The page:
FHIR search examples

Below are some examples of Fast Healthcare Interoperability Resources (FHIR®) search API calls featuring various search parameters, modifiers, chained and reverse chained searches, composite searches, POST search requests, and more. For a general introduction to FHIR search concepts, see Overview of FHIR Search.

Search result parameters


_include lets you search for resource instances and include in the results other resources referenced by the target resource instances. For example, you can use _include to query for MedicationRequest resources and limit the search to prescriptions for a specific patient. The FHIR service would then return the MedicationRequest resources as well as the referenced Patient resource. In the example below, the request will pull all MedicationRequest resource instances in the database and all patients that are referenced by the MedicationRequest instances:

 GET {{FHIR_URL}}/MedicationRequest?_include=MedicationRequest:patient


The FHIR service in Azure Health Data Services limits searches with _include and _revinclude to return a maximum of 100 items.


_revinclude allows you to search for resource instances and include in the results other resources that reference the target resource instances. For example, you can search for patients and then reverse include all encounters that reference the patients:

GET {{FHIR_URL}}/Patient?_revinclude=Encounter:subject


_elements narrows the information in the search results to a subset of the elements defined for a resource type. The _elements parameter accepts a comma-separated list of base elements:

GET {{FHIR_URL}}/Patient?_elements=identifier,active

In the above request, you'll receive a bundle of patients, but each entry will only include the identifier(s) and the patient's active status. The entries in the response will contain a meta.tag value of SUBSETTED to indicate that not all elements defined for the resource are included.

Search modifiers


:not allows you to find resources with an element that does not have a given value. For example, you could search for patients who are not female:

GET {{FHIR_URL}}/Patient?gender:not=female

In return, you would get all Patient resources whose gender element value is not female, including any patients with no gender value specified. This is different from searching for Patient resources with the male gender value since that would ignore patients with no specified gender.


:missing returns all resources that don't have a value for the specified element when :missing=true. Additionally, :missing returns all resources that contain the specified element when :missing=false. For simple data type elements, :missing=true will match on all resources where an element is present but has an empty value. For example, if you want to find all Patient resources that are missing information on birthdate, you can call:

GET {{FHIR_URL}}/Patient?birthdate:missing=true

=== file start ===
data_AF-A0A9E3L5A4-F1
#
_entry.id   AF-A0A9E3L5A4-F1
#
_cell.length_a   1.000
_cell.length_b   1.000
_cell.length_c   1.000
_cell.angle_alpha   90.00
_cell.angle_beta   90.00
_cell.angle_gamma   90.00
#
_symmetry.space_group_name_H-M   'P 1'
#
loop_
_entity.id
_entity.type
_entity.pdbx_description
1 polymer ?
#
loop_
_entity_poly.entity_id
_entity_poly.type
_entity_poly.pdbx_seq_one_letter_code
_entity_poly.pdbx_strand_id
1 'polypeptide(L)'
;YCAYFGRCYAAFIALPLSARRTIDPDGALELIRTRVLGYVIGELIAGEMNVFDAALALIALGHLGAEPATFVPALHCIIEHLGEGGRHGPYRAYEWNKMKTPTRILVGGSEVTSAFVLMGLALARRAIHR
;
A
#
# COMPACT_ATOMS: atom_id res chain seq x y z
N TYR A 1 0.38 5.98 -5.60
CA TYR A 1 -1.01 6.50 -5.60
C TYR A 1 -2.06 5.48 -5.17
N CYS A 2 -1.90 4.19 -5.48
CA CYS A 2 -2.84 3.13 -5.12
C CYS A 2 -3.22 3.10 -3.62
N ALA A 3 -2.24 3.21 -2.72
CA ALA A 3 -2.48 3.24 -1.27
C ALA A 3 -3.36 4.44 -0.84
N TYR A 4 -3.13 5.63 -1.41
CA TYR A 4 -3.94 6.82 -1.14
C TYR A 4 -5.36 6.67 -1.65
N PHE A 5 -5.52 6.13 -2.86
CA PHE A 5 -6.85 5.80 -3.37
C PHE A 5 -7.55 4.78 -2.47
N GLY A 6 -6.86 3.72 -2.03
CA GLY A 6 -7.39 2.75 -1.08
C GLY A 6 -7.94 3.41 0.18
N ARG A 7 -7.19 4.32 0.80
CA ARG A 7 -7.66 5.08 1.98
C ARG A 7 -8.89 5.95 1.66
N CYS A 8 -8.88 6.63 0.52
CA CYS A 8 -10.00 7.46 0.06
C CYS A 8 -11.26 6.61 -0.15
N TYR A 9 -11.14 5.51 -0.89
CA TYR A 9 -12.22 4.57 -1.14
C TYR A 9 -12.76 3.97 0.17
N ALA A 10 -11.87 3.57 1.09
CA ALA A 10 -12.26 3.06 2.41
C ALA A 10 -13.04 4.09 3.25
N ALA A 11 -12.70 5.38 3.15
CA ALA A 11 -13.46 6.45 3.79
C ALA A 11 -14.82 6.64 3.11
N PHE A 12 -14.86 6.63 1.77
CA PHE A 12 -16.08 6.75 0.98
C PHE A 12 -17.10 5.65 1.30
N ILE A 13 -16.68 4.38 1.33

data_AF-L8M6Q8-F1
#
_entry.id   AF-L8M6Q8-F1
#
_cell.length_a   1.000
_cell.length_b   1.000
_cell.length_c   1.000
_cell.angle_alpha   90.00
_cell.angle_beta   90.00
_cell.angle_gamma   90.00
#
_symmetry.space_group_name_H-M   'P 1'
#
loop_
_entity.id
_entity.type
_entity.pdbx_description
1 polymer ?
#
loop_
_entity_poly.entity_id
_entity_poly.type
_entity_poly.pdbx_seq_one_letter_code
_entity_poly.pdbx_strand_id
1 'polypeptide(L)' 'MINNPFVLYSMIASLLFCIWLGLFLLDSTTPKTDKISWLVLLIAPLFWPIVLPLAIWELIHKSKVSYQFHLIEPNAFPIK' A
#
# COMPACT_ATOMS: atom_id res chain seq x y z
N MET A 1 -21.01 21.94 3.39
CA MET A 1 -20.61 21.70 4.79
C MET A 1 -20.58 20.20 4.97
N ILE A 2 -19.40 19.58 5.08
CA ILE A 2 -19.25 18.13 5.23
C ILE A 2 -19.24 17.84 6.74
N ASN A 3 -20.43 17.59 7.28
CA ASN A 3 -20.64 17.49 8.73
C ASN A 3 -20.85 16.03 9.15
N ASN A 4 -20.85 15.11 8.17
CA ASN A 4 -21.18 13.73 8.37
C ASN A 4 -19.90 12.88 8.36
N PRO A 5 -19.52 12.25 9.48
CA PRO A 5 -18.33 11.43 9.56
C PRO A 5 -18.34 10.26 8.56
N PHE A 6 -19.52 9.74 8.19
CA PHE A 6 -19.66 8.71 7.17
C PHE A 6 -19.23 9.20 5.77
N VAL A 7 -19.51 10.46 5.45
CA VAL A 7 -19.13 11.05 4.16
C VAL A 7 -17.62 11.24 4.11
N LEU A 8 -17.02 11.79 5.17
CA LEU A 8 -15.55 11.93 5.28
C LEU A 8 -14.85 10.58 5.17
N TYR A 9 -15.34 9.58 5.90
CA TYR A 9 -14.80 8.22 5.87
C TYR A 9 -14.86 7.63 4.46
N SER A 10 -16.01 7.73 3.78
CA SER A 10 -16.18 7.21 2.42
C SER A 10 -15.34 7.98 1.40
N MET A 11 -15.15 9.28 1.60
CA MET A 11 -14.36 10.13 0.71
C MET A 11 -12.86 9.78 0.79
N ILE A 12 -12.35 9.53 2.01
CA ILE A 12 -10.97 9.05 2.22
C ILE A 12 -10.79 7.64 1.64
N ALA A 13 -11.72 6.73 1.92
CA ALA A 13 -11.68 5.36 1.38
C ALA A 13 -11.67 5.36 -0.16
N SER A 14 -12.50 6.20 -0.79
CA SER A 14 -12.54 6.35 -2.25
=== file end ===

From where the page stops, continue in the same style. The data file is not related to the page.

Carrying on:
:exact is used to search for elements with string data types and returns positive if the parameter value precisely matches the case and full character sequence of the element value.

GET {{FHIR_URL}}/Patient?name:exact=Jon

This request returns Patient resources that have the given or family name of Jon. If there were patients with names such as Jonathan or JON, the search would ignore those resources as their names do not match the specified value exactly.


:contains is used to query for string type elements and allows for matches with the specified value anywhere within the field. contains is case insensitive and recognizes matching strings concatenated with other characters. For example:

GET {{FHIR_URL}}/Patient?address:contains=Meadow

This request would return all Patient resources with address element fields that contain the string "Meadow" (case insensitive). This means you could have addresses with values such as "Meadows Lane", "Pinemeadow Place", or "Meadowlark St" that return positive matches.

To perform search operations that cover elements contained within a referenced resource, you can "chain" a series of parameters together with .. For example, if you want to view all DiagnosticReport resources with a subject reference to a patient specified by name:

 GET {{FHIR_URL}}/DiagnosticReport?subject:Patient.name=Sarah

This request would return all DiagnosticReport resources with a patient subject named "Sarah". The . points the chained search to the name element within the referenced Patient resource.

Another common use of FHIR search is finding all encounters for a specific patient. To do a regular (non-chained) search for Encounter resources that reference a Patient with a given id:

GET {{FHIR_URL}}/Encounter?subject=Patient/78a14cbe-8968-49fd-a231-d43e6619399f

Using chained search, you can find all Encounter resources that reference patients whose details match a search parameter. The example below demonstrates how to search for encounters referencing patients narrowed by birthdate:

GET {{FHIR_URL}}/Encounter?subject:Patient.birthdate=1987-02-20

This would return all Encounter instances that reference patients with the specified birthdate value.